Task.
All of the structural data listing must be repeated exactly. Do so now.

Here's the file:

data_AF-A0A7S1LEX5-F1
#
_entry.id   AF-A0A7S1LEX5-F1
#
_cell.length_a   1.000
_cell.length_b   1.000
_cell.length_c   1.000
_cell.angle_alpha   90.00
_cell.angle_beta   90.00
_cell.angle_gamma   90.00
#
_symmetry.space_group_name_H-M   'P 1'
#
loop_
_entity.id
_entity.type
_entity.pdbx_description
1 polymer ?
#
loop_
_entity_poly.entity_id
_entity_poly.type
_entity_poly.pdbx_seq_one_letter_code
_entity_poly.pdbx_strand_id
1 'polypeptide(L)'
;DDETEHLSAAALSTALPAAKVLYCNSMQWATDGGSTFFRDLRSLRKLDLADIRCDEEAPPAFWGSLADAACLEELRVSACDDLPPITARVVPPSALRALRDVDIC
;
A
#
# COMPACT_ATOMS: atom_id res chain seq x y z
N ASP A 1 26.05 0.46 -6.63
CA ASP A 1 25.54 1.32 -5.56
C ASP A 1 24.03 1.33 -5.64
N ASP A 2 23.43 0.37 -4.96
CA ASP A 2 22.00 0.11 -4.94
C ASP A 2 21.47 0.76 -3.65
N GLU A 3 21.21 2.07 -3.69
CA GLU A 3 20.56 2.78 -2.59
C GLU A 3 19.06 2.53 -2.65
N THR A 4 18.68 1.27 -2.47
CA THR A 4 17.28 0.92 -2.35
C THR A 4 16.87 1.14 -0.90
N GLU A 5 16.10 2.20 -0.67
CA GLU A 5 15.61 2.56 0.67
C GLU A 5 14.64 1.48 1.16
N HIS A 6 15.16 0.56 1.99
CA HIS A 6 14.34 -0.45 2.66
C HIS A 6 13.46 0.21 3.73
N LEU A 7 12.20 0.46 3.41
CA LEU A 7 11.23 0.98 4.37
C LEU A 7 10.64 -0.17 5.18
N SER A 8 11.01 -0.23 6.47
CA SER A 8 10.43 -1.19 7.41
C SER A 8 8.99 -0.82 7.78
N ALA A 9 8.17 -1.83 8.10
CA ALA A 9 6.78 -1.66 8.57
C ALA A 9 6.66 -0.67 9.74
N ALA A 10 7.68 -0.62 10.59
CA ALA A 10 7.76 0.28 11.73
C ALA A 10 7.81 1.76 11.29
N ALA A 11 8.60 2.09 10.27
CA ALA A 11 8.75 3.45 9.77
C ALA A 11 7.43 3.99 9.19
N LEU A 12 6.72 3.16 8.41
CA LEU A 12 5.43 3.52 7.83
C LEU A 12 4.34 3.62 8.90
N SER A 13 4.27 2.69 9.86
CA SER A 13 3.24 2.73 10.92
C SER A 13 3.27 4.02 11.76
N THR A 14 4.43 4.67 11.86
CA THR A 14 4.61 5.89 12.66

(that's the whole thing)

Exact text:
data_AF-A0A7S1LEX5-F1
#
_entry.id   AF-A0A7S1LEX5-F1
#
_cell.length_a   1.000
_cell.length_b   1.000
_cell.length_c   1.000
_cell.angle_alpha   90.00
_cell.angle_beta   90.00
_cell.angle_gamma   90.00
#
_symmetry.space_group_name_H-M   'P 1'
#
loop_
_entity.id
_entity.type
_entity.pdbx_description
1 polymer ?
#
loop_
_entity_poly.entity_id
_entity_poly.type
_entity_poly.pdbx_seq_one_letter_code
_entity_poly.pdbx_strand_id
1 'polypeptide(L)'
;DDETEHLSAAALSTALPAAKVLYCNSMQWATDGGSTFFRDLRSLRKLDLADIRCDEEAPPAFWGSLADAACLEELRVSACDDLPPITARVVPPSALRALRDVDIC
;
A
#
# COMPACT_ATOMS: atom_id res chain seq x y z
N ASP A 1 26.05 0.46 -6.63
CA ASP A 1 25.54 1.32 -5.56
C ASP A 1 24.03 1.33 -5.64
N ASP A 2 23.43 0.37 -4.96
CA ASP A 2 22.00 0.11 -4.94
C ASP A 2 21.47 0.76 -3.65
N GLU A 3 21.21 2.07 -3.69
CA GLU A 3 20.56 2.78 -2.59
C GLU A 3 19.06 2.53 -2.65
N THR A 4 18.68 1.27 -2.47
CA THR A 4 17.28 0.92 -2.35
C THR A 4 16.87 1.14 -0.90
N GLU A 5 16.10 2.20 -0.67
CA GLU A 5 15.61 2.56 0.67
C GLU A 5 14.64 1.48 1.16
N HIS A 6 15.16 0.56 1.99
CA HIS A 6 14.34 -0.45 2.66
C HIS A 6 13.46 0.21 3.73
N LEU A 7 12.20 0.46 3.41
CA LEU A 7 11.23 0.98 4.37
C LEU A 7 10.64 -0.17 5.18
N SER A 8 11.01 -0.23 6.47
CA SER A 8 10.43 -1.19 7.41
C SER A 8 8.99 -0.82 7.78
N ALA A 9 8.17 -1.83 8.10
CA ALA A 9 6.78 -1.66 8.57
C ALA A 9 6.66 -0.67 9.74
N ALA A 10 7.68 -0.62 10.59
CA ALA A 10 7.76 0.28 11.73
C ALA A 10 7.81 1.76 11.29
N ALA A 11 8.60 2.09 10.27
CA ALA A 11 8.75 3.45 9.77
C ALA A 11 7.43 3.99 9.19
N LEU A 12 6.72 3.16 8.41
CA LEU A 12 5.43 3.52 7.83
C LEU A 12 4.34 3.62 8.90
N SER A 13 4.27 2.69 9.86
CA SER A 13 3.24 2.73 10.92
C SER A 13 3.27 4.02 11.76
N THR A 14 4.43 4.67 11.86
CA THR A 14 4.61 5.89 12.66